I love books. I love buying them, I love reading them, I love smelling them, I love looking at them. They are, hands down, my favorite things to purchase. However, I am also cheap. Really cheap. I think all the Scottish blood from my mom's side of the family was somehow concentrated in me, for it is rare that I will buy a book for over $4 - to the point where, at birthdays and the like when I give books as presents, my family asks, "Did you pay more than three dollars for it?" Condition isn't very important to me, except in gift-giving - I prefer my books used - so I have a rather battered collection of books on my shelf. And the nice ones? Oh, those are the ones that friends and family have given me.
Shelf One - Left Side: I have a lot of C.S. Lewis, and not nearly as much as I want. The Parable of Joy by Michael Card, on the far left, isn't really mine; I just absorbed it into my stash. Letters of C.S. Lewis came out of a house that my dad and brother bought and renovated, and The Screwtape Letters and The Joyful Christian were presents. I'm not sure why I still have I Kissed Dating Goodbye; I'm not very fond of it. The Four Loves I bought, back in the day before I knew of the wonderful site called Alibris and bought books from Barnes & Noble. The other books I either bought, acquired for free (no, I didn't steal them), or were presents (like the Norsk dictionary over on the right.)
Shelf One - Right Side: Most of these are historical fictions, as the histories are getting squeezed out to go on my other bookshelf. I've been building my collection of Sutcliff novels for the past few months; Frontier Wolf is missing from this picture because I'm still reading it. I actually spent over $7 each for that, The Shield Ring, and The Mark of the Horse Lord, which just goes to show how much I wanted those Front Street editions. (And don't get me started on all the trouble I went through to get Mark.) Let's see... There are still some research books there, but The Influence of Sea Power upon History is in use. Couple of Costain novels, but I didn't care for Below the Salt and so haven't gotten around to reading The Black Rose.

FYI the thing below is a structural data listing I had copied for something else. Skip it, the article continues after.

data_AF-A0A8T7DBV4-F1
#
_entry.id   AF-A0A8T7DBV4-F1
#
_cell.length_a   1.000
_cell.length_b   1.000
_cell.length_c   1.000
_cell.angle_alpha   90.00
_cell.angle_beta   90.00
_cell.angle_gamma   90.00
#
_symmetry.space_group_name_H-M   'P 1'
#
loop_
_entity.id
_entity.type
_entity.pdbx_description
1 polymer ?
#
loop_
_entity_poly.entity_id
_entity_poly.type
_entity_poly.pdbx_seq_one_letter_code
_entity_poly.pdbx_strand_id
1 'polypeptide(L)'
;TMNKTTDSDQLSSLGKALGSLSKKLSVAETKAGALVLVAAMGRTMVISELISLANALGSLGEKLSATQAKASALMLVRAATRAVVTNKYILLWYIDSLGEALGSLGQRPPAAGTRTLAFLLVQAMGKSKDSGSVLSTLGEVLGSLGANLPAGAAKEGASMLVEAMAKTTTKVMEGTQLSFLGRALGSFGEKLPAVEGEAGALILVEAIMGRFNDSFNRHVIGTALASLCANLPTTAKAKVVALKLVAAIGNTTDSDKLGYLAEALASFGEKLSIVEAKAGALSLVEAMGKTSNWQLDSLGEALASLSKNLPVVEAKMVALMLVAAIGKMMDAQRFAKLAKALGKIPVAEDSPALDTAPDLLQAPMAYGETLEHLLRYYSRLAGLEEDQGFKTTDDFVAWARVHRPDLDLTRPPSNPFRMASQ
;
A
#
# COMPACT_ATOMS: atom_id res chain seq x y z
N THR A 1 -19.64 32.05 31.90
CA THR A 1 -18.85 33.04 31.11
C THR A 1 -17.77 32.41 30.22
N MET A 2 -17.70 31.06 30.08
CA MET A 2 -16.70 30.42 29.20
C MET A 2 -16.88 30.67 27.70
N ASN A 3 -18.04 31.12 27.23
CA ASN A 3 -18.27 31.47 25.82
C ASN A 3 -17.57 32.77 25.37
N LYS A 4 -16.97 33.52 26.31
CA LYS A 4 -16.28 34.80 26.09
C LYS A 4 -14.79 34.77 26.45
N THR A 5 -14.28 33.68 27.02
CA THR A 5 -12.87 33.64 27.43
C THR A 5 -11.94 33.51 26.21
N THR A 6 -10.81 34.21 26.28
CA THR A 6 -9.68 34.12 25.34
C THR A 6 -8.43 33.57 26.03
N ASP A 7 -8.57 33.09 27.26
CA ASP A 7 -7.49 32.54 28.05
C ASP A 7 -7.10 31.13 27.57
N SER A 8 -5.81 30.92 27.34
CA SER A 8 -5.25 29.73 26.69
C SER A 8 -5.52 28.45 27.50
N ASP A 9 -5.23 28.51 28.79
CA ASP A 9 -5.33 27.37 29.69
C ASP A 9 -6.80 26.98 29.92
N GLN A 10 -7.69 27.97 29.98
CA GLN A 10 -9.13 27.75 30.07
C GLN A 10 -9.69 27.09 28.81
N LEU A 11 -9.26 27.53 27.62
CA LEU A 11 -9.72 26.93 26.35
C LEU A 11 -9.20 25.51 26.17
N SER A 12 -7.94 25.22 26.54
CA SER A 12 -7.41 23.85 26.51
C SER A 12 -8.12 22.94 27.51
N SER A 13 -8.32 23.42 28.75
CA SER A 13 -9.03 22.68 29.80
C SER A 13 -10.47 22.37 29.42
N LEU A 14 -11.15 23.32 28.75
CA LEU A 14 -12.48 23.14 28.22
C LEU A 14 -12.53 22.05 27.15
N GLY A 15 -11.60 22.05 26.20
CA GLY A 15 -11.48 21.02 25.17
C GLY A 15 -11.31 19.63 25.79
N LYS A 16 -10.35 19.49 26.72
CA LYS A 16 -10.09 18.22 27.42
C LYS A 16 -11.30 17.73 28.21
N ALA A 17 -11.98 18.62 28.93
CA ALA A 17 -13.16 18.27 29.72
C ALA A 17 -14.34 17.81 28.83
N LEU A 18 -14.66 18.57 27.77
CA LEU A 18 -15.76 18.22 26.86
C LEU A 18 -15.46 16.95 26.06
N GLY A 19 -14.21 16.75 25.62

Shelf Two: Did I mention that I like C.S. Lewis? Many of the books on this shelf were gifts, including the three on the left: The Thirty-Nine Steps, The Pilgrim's Progress, and The Chronicles of Narnia. (Yes, I do still have extras of The Chronicles. I can't seem to get rid of them.) Those hardbacks of Out of the Silent Planet, That Hideous Strength, and the three Chronicles books were from the same house as Letters of C.S. Lewis. The Silmarillion my dad bought for me. I have most of L'Engle's Time Quintet, but I didn't care for the last one and so never bothered to buy it. The green book to the right of The Lord of the Rings Trilogy is The Gammage Cup; I rather wonder how I managed to keep Jenny from taking it with her when she moved out. Over on the right are mostly "girly" books, like Little Women.
Shelf Three: Lamplighter Publishing books on the left, random-assortment-of-classics-which-would-not-fit-on-my-designated-classics-shelf on the right. That copy of Ben-Hur I'm only holding until a friend comes in June and I can give it to her. Most of the other classics I picked up cheaply at booksales or on Alibris. The Lamplighters, which tend to be expensive, I mostly acquired as presents.
Shelf Four - Left: In case you couldn't guess, that Barnes & Noble copy of The Iliad and the Odyssey was - yes - a gift. The lovely edition of Ben-Hur I got from Jenny's mother-in-law; Beowulf was one of Jenny's 3+ copies, and she deigned to let me have it. Shakespeare's works I absorbed into my own collection, as with that hideously orange copy of Wuthering Heights. The Woman in White and Bleak House were both gifts, hence their new condition. I did actually buy Gone with the Wind...for ninety-nine cents. Yes, I'm cheap.
Shelf Four - Right: This Oxford Illustrated set of Jane Austen's novels, a birthday present from my dad, is probably the nicest collection of books I own. (Pride and Prejudice is missing from the photo because I was rereading it at the time.) The copy of Daddy-Long-Legs I picked up at a used-book store; it has a lovely smell. The other cloth-bound books were mostly absorbed from other shelves in the house. Mother West Wind's Children, the blue book, was a childhood favorite.
Shelf Five - I don't have a good photo of this one, but that's all right: I can't reach the shelf without the aid of a step, so it's primarily made up of books that I don't care about very much. I do have three old G.A. Henty's, Les Miserables, Chaucer, A Tale of Two Cities, and some more Shakespeare up there, banished to the top shelf because they wouldn't fit on any other.
Bookshelf Number Two - This is actually an entertainment unit, but who cares? If it can be used for holding books, it will be. This holds my mysteries, histories, and a random assortment of other books that would not fit on my big bookshelf, but were too good to go into storage, such as the Anne of Green Gables series. Agatha Christie, Sherlock Holmes, Dorothy Sayers, and one Mary Stewart novel make up most of my mystery collection.
Those are the books on my shelf. What about yours?